Illustration by Kristy Heilenday
So there crouched Cinderella by the fireplace, soot on her cheeks and grime under her fingernails, as her fairy godmother suddenly appeared to make her wishes all come true.
Berkshire Hathaway's equally surprising entrance this May as the buyer of 63 newspapers formerly owned by Media General may not be a fairy tale, but there's more hope for a happy ending than before.
I was a copy editor and then a reporter at the Daily Progress in Charlottesville for seven years before taking a job at this magazine. Among my reasons for leaving the paper in 2006 was the feeling that the "little people" producing the paper weren't appreciated by its owner, Media General. I wasn't paid a living wage (at least for Charlottesville), and our newsroom was almost always understaffed, and this was before the advent of unpaid furloughs and massive layoffs. We did good work despite our corporate ownership, not because of it.
The same happened at the Times-Dispatch, as has been documented here and elsewhere. The paper laid off 59 people in 2009, including our own senior editor Tina Eshleman, and more positions have been eliminated since then. (Note: Our editor-in-chief, Susan Winiecki, is married to the T-D's political editor, Andrew Cain.)
I spoke with some staffers at the Omaha World-Herald, the hometown paper Berkshire Hathaway bought in late 2011. The World-Herald's situation was different from Media General's papers (although the T-D is profitable) when it was purchased — at the time, it was employee-owned and in the black. Berkshire Hathaway's media company, BH News Group, has not changed how the paper is produced, says Larry King, vice president of content for Omaha World-Herald Co. However, the hands-off policy may not hold true here.
The Times-Dispatch and other former MG papers (among them community weeklies around Richmond and other publications in the Southeast) will be overseen by a newly formed company, World Media Enterprises, part of BH News Group. The president and CEO of BH News Group, Terry Kroeger, and World Media president Douglas Hiemstra are experienced in the business side of journalism, King says. Kroeger was a publisher, and Hiemstra is a CPA.
"They're very employee-oriented," King adds. Despite the sale, the Times-Dispatch's structure is not expected to change drastically; Tom Silvestri remains publisher.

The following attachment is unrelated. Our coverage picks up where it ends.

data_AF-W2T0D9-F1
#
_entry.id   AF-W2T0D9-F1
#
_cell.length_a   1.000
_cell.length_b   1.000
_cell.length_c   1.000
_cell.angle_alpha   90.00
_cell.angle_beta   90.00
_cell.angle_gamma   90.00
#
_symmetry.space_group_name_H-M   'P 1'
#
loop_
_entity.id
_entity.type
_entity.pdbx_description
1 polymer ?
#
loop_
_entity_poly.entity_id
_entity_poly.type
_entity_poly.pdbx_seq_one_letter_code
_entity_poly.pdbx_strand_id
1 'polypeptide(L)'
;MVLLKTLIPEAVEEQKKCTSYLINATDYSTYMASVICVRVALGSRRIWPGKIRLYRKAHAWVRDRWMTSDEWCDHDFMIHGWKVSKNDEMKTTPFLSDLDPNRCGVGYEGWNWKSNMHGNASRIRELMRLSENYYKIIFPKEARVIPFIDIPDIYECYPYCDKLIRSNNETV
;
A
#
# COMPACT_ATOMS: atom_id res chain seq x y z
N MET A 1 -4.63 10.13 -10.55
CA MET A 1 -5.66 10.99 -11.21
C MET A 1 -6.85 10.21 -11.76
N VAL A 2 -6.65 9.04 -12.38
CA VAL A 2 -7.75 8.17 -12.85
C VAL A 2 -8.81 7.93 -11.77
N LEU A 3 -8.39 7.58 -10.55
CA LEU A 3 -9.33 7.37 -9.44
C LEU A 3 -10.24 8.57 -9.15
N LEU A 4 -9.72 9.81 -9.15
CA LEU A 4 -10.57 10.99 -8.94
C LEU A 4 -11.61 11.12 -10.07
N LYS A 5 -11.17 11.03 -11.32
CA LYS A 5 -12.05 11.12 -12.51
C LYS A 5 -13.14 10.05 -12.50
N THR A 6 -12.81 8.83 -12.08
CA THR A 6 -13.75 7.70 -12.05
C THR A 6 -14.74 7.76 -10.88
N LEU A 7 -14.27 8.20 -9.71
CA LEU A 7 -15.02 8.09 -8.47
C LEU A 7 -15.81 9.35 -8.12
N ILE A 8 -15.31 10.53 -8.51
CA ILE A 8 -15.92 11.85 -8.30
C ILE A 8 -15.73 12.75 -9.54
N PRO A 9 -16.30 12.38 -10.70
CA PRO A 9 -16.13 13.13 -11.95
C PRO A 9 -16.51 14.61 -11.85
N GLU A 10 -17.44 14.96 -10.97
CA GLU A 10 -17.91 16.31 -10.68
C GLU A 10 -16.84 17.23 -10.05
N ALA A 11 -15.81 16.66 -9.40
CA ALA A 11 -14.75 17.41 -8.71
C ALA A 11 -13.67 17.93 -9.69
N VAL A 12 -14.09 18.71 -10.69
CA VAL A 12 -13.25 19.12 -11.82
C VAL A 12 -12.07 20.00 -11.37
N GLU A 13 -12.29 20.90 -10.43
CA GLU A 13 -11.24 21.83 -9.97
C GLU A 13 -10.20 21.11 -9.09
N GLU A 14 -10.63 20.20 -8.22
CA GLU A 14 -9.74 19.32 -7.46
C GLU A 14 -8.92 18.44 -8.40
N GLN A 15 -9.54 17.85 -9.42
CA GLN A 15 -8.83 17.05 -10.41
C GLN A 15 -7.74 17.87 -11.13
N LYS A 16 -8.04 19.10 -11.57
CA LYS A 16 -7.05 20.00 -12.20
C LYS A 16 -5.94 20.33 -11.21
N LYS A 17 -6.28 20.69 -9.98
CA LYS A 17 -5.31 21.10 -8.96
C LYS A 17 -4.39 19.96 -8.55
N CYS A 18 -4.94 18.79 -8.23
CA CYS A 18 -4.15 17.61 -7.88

Buffett has expressed his fondness for local newspapers, but he's not blinded by it. He knows he has the raw material to make these papers must-reads in their communities, and he got the properties at a bargain, especially once Media General pays back his $400 million loan with 10 percent interest by 2020.
If the T-D and the rest of the papers are to succeed, Berkshire Hathaway must take action to amend harm done by Media General, which was slow to react to what was happening to newspapers across the country. First, classified ads migrated to Craigslist, and then, more and more content went online for free, diluting the market for newspapers. Paywalls developed too late, and they still don't work as a major income source unless the paper has proprietary information. (Nonetheless, Buffett and, earlier, Media General have stated that paywalls will be part of their papers' future.) Also, MG's leadership seemed top-heavy, with lots of vice presidents whose functions weren't always clear.
Here are my wishes for the newspapers: Rebuild the beat system. Reporters can't report effectively if they don't get to know sources. Second, rebuild the lifestyles sections. Third, move the copy desks back to the newspapers they serve, instead of managing copy from a distance. Fourth, maintain a firewall between advertising and news coverage. Finally, get the executives into the newsrooms, the photographers' offices and the pressrooms. Listen to the employees.